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Nonpharmacological treatment, fludrocortisone, and domperidone for orthostatic hypotension in Parkinson's disease

Authors

  • Kerrie L. Schoffer MD,

    Corresponding author
    1. Department of Neurology, Royal Brisbane and Women's Hospital, Brisbane, Queensland, Australia
    • Division of Neurology, 2EII Health Sciences Centre, 1796 Summer St., Halifax, NS, Canada
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  • Robert D. Henderson MD,

    1. Department of Neurology, Royal Brisbane and Women's Hospital, Brisbane, Queensland, Australia
    2. Department of Medicine, University of Queensland, Brisbane, Queensland, Australia
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  • Karen O'Maley RN,

    1. Department of Neurology, Royal Brisbane and Women's Hospital, Brisbane, Queensland, Australia
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  • John D. O'Sullivan MBBS, MD

    1. Department of Neurology, Royal Brisbane and Women's Hospital, Brisbane, Queensland, Australia
    2. Department of Medicine, University of Queensland, Brisbane, Queensland, Australia
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Abstract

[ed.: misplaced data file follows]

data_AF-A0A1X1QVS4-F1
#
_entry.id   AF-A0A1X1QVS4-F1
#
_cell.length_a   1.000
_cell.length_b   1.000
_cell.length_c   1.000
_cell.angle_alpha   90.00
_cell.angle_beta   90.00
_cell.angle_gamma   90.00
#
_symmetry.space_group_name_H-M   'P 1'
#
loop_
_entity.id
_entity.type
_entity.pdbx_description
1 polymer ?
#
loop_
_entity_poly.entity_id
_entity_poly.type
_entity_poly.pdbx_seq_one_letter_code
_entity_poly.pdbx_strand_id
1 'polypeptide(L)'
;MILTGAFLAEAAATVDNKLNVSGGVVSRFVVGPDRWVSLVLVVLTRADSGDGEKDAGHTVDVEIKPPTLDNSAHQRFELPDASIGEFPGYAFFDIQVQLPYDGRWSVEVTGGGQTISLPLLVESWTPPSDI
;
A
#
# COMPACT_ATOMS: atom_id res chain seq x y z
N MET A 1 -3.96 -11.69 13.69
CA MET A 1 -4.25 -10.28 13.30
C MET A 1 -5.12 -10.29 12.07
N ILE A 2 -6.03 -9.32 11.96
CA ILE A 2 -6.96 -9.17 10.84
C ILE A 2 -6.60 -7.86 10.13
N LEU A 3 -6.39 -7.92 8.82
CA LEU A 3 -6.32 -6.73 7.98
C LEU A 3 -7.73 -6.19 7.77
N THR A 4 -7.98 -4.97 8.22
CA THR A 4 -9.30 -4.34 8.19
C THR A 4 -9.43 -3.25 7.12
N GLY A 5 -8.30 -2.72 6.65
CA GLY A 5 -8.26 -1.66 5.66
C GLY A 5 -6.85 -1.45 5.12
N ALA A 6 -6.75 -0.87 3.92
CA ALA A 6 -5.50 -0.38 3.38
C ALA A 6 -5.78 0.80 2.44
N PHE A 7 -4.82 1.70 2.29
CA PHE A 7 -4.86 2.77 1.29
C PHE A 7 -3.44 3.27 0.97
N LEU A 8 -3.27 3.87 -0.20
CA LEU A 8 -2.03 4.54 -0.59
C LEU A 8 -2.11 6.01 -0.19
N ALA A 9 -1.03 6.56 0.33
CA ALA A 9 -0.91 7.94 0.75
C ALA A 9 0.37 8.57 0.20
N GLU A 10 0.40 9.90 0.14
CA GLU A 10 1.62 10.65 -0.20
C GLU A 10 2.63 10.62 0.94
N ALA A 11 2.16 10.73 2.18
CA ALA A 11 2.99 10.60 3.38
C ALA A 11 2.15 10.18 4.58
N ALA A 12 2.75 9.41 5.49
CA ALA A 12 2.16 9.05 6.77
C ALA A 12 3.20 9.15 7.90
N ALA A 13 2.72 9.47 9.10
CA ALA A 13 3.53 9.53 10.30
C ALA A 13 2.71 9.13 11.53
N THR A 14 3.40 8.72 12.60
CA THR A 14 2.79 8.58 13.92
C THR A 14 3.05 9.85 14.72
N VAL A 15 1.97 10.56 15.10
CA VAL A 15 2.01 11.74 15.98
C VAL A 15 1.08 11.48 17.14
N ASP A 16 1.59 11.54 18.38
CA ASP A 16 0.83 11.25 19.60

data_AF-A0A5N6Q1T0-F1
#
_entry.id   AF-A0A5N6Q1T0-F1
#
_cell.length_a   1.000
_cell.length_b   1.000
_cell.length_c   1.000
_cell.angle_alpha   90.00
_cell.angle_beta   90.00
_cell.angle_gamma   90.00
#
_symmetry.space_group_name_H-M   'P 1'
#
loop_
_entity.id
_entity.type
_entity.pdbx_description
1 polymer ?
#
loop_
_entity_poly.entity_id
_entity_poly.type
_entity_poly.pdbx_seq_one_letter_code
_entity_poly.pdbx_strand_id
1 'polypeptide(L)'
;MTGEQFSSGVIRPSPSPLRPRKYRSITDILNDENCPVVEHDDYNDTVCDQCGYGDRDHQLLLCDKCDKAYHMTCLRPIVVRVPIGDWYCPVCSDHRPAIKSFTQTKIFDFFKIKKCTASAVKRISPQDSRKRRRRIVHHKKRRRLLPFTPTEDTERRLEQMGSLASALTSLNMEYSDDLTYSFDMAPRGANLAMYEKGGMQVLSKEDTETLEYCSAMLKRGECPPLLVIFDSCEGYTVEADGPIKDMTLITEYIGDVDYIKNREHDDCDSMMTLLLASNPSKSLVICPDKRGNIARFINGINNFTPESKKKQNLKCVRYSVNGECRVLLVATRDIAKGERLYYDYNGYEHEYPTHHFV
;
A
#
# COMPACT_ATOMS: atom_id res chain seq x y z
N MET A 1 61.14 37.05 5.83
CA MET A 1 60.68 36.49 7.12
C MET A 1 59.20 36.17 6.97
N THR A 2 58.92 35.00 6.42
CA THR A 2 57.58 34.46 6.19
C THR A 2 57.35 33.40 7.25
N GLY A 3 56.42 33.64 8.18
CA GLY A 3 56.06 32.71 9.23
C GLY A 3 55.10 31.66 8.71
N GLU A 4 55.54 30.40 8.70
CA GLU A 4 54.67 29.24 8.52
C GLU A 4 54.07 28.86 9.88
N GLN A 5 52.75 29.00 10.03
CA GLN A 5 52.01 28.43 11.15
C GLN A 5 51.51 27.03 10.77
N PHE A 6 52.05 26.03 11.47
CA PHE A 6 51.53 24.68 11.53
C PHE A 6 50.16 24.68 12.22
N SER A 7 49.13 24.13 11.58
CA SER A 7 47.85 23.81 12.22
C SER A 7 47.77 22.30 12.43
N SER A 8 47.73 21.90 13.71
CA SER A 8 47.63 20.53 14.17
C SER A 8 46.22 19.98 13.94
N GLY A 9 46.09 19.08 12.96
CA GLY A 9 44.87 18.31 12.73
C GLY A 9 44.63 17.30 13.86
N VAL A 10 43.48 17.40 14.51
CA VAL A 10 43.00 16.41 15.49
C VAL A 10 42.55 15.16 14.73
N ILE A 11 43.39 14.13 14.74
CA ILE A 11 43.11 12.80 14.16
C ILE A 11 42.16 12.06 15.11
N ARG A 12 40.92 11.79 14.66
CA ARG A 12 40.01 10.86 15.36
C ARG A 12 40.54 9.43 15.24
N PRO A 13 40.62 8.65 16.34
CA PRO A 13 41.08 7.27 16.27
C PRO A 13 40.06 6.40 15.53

There is limited evidence for the treatment of orthostatic hypotension in idiopathic Parkinson's disease. The objective of this study was to determine the efficacy of three treatments (nonpharmacological therapy, fludrocortisone, and domperidone). Phase I assessed the compliance, safety, and efficacy of nonpharmacological measures. Phase II was a double-blind randomized controlled crossover trial of the two medications. Primary outcome measures consisted of the orthostatic domain of the Composite Autonomic Symptom Scale (COMPASS-OD), a clinical global impression of change (CGI), and postural blood pressure testing via bedside sphygmomanometry (Phase I) or tilt table testing (Phase II). For the 17 patients studied, nonpharmacological therapy did not significantly alter any outcome measure. Both medications improved the CGI and COMPASS-OD scores. There was a trend towards reduced blood pressure drop on tilt table testing, with domperidone having a greater effect. © 2007 Movement Disorder Society

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